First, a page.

Librarian, film historian and freelance author Robert Cettl lives in South Australia. He is a full member of the Australian Society of Authors and operates the DVD review site ( www.widerscreenings.com ).

Read More Show Less

Customer Reviews

Be the first to write a review
( 0 )
Rating Distribution

5 Star

(0)

4 Star

(0)

3 Star

(0)

2 Star

(0)

1 Star

(0)

Your Rating:

Your Name: Create a Pen Name or

Barnes & Noble.com Review Rules

Our reader reviews allow you to share your comments on titles you liked, or didn't, with others. By submitting an online review, you are representing to Barnes & Noble.com that all information contained in your review is original and accurate in all respects, and that the submission of such content by you and the posting of such content by Barnes & Noble.com does not and will not violate the rights of any third party. Please follow the rules below to help ensure that your review can be posted.

Reviews by Our Customers Under the Age of 13

We highly value and respect everyone's opinion concerning the titles we offer. However, we cannot allow persons under the age of 13 to have accounts at BN.com or to post customer reviews. Please see our Terms of Use for more details.

What to exclude from your review:

Please do not write about reviews, commentary, or information posted on the product page. If you see any errors in the information on the product page, please send us an email.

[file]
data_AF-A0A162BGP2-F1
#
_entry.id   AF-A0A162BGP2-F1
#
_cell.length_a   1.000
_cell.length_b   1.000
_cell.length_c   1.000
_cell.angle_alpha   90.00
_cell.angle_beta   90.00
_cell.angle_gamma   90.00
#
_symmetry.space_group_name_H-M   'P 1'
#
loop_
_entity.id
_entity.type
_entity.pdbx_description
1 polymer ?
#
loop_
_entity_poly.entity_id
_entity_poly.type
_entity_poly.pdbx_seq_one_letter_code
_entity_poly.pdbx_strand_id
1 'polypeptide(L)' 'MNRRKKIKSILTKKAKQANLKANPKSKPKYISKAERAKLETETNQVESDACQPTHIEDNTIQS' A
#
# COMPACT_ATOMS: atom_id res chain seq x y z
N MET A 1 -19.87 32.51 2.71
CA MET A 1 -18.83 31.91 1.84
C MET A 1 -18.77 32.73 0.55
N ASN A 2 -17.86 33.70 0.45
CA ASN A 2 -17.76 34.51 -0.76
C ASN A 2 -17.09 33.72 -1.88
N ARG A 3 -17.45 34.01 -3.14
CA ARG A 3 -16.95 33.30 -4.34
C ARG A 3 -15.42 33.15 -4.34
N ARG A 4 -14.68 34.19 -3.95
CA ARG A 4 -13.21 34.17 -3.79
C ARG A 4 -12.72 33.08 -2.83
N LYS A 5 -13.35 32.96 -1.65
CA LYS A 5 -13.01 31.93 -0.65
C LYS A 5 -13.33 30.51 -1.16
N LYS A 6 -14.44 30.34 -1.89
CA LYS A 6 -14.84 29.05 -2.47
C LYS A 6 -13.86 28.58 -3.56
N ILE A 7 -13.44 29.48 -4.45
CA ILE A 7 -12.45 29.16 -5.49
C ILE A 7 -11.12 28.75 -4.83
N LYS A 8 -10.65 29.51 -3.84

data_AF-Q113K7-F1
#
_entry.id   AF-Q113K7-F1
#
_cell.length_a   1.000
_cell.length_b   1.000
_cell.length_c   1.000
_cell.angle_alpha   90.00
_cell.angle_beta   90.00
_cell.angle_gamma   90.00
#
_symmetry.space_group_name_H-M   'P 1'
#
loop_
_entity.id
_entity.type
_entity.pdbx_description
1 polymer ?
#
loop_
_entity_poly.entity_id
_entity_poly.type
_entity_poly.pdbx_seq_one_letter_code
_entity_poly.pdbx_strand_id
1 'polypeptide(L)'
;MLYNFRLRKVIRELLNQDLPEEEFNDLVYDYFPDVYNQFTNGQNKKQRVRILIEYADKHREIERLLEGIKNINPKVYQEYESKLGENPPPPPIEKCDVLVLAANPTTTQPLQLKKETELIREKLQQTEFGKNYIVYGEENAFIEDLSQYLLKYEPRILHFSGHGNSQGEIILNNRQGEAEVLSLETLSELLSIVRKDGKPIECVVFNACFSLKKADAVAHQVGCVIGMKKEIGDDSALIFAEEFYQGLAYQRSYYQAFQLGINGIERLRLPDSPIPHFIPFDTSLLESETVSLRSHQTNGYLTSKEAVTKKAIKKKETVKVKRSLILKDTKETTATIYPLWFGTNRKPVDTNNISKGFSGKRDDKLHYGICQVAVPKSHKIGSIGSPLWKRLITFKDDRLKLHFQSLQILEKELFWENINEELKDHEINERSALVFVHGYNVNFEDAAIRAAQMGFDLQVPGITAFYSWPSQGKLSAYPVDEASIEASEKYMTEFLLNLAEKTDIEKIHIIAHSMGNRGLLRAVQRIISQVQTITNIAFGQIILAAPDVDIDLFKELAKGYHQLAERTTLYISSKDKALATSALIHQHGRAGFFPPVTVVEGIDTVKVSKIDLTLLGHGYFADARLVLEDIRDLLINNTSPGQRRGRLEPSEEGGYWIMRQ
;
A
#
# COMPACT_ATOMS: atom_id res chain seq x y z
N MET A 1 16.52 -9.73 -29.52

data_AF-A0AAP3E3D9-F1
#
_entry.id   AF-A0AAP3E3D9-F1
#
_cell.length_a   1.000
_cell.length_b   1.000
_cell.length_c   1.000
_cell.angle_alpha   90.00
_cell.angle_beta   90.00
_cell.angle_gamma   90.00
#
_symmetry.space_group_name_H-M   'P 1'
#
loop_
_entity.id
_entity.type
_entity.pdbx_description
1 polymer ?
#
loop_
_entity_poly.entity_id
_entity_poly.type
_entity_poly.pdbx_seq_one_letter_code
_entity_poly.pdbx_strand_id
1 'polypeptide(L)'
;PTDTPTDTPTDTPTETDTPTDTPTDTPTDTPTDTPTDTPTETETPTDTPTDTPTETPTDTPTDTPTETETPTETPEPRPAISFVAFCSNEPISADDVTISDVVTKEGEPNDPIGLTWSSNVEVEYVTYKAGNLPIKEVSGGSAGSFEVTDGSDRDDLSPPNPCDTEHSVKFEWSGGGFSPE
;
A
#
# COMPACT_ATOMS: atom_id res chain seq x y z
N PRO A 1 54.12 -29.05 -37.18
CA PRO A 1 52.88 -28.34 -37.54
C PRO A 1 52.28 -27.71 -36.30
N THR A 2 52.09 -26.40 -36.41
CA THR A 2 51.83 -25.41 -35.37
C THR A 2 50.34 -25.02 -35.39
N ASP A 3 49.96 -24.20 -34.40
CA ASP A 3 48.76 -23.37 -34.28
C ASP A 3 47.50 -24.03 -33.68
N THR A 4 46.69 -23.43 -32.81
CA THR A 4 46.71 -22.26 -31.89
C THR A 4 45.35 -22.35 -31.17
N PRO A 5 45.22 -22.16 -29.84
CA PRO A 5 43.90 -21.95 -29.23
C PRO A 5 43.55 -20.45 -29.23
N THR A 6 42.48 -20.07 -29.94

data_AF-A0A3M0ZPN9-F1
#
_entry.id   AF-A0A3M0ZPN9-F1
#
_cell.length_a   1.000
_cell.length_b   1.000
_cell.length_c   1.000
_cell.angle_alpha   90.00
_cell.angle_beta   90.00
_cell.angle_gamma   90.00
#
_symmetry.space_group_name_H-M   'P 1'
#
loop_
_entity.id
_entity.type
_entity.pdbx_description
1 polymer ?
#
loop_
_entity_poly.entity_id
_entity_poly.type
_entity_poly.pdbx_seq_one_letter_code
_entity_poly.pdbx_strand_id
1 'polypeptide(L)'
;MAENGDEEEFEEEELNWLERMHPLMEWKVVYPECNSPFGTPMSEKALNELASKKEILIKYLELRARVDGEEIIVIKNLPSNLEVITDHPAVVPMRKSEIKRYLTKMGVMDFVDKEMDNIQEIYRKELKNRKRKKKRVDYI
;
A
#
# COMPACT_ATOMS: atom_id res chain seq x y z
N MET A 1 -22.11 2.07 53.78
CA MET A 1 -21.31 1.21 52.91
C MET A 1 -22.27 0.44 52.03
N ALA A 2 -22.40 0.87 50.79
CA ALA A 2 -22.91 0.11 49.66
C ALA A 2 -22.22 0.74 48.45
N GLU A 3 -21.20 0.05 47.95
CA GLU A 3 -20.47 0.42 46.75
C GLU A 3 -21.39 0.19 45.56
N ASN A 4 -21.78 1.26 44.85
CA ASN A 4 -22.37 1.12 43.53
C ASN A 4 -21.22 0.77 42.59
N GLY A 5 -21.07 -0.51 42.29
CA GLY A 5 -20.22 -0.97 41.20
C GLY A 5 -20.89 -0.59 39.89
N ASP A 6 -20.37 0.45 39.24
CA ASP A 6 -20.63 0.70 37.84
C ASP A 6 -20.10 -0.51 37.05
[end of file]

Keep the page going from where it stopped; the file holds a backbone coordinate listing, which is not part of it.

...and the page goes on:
Reviews should not contain any of the following:

  • - HTML tags, profanity, obscenities, vulgarities, or comments that defame anyone
  • - Time-sensitive information such as tour dates, signings, lectures, etc.
  • - Single-word reviews. Other people will read your review to discover why you liked or didn't like the title. Be descriptive.
  • - Comments focusing on the author or that may ruin the ending for others
  • - Phone numbers, addresses, URLs
  • - Pricing and availability information or alternative ordering information
  • - Advertisements or commercial solicitation

Reminder:

  • - By submitting a review, you grant to Barnes & Noble.com and its sublicensees the royalty-free, perpetual, irrevocable right and license to use the review in accordance with the Barnes & Noble.com Terms of Use.
  • - Barnes & Noble.com reserves the right not to post any review -- particularly those that do not follow the terms and conditions of these Rules. Barnes & Noble.com also reserves the right to remove any review at any time without notice.
  • - See Terms of Use for other conditions and disclaimers.
Search for Products You'd Like to Recommend

Recommend other products that relate to your review. Just search for them below and share!

Create a Pen Name

Your Pen Name is your unique identity on BN.com. It will appear on the reviews you write and other website activities. Your Pen Name cannot be edited, changed or deleted once submitted.

 
Your Pen Name can be any combination of alphanumeric characters (plus - and _), and must be at least two characters long.

Continue Anonymously
Sort by: Showing 1 Customer Reviews
  • Posted April 9, 2010

    The Politics of Spectacle